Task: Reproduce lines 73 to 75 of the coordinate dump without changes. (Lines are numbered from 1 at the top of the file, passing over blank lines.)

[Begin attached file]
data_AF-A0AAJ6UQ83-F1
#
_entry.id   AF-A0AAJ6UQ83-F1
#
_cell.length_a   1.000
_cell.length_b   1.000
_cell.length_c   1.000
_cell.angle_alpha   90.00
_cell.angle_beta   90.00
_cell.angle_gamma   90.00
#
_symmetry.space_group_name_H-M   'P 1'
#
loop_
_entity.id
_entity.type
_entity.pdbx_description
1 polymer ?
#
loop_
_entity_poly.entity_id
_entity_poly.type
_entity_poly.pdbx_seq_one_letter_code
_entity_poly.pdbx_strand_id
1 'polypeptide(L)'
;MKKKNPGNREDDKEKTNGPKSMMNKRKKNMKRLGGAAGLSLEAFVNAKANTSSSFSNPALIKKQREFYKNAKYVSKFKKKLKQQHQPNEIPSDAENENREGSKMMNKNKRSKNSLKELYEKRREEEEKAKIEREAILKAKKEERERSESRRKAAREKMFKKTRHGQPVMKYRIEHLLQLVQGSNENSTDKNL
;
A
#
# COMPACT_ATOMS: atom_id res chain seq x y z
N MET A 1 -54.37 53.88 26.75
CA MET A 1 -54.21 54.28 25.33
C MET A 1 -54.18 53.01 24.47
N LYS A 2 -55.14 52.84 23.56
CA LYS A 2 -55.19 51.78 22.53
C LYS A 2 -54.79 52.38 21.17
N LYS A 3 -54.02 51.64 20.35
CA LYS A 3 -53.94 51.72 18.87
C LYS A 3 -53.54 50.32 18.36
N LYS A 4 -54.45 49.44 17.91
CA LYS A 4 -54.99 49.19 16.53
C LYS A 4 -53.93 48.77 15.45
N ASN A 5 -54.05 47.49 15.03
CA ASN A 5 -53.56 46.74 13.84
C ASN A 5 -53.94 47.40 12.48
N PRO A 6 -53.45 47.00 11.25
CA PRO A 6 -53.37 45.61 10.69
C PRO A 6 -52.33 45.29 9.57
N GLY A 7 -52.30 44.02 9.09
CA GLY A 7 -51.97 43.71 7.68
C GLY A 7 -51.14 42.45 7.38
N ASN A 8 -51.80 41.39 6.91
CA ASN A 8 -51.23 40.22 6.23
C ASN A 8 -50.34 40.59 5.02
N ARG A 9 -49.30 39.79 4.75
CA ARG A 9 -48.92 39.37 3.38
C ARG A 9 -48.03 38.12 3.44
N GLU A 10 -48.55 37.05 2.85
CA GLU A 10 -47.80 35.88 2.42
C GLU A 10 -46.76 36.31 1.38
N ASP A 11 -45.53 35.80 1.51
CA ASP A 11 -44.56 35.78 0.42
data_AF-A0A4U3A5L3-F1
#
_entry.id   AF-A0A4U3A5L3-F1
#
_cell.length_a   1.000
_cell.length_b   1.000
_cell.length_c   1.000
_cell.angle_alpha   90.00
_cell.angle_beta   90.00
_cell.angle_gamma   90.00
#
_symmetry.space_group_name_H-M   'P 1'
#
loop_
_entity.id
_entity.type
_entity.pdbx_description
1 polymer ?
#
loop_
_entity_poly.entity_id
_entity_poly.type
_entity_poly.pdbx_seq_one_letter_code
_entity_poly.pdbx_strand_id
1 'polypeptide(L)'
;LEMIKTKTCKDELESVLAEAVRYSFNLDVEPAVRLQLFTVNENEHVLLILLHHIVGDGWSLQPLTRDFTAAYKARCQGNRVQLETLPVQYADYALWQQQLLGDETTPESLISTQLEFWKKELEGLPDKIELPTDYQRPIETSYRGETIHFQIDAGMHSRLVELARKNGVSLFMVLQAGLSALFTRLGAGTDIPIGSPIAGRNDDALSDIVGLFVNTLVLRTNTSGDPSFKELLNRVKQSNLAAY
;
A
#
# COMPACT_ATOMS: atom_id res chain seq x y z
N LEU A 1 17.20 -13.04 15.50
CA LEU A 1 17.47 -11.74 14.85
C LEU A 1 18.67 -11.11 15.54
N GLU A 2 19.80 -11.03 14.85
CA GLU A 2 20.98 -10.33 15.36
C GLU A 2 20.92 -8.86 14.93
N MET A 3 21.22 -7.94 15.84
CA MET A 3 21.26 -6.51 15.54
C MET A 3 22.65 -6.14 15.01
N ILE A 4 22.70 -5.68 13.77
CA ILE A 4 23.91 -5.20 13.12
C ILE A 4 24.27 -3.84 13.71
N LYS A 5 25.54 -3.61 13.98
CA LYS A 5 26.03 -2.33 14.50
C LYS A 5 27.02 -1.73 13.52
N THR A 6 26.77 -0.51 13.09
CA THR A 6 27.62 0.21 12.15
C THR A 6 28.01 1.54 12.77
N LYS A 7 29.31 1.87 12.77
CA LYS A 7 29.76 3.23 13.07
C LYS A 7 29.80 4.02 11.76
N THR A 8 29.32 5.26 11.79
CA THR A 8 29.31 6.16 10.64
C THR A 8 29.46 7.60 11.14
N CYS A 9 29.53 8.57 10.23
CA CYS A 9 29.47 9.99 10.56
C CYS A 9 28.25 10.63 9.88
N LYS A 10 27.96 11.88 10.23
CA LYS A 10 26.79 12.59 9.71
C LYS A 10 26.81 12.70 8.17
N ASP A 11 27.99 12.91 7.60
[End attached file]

#
_symmetry.space_group_name_H-M   'P 1'
#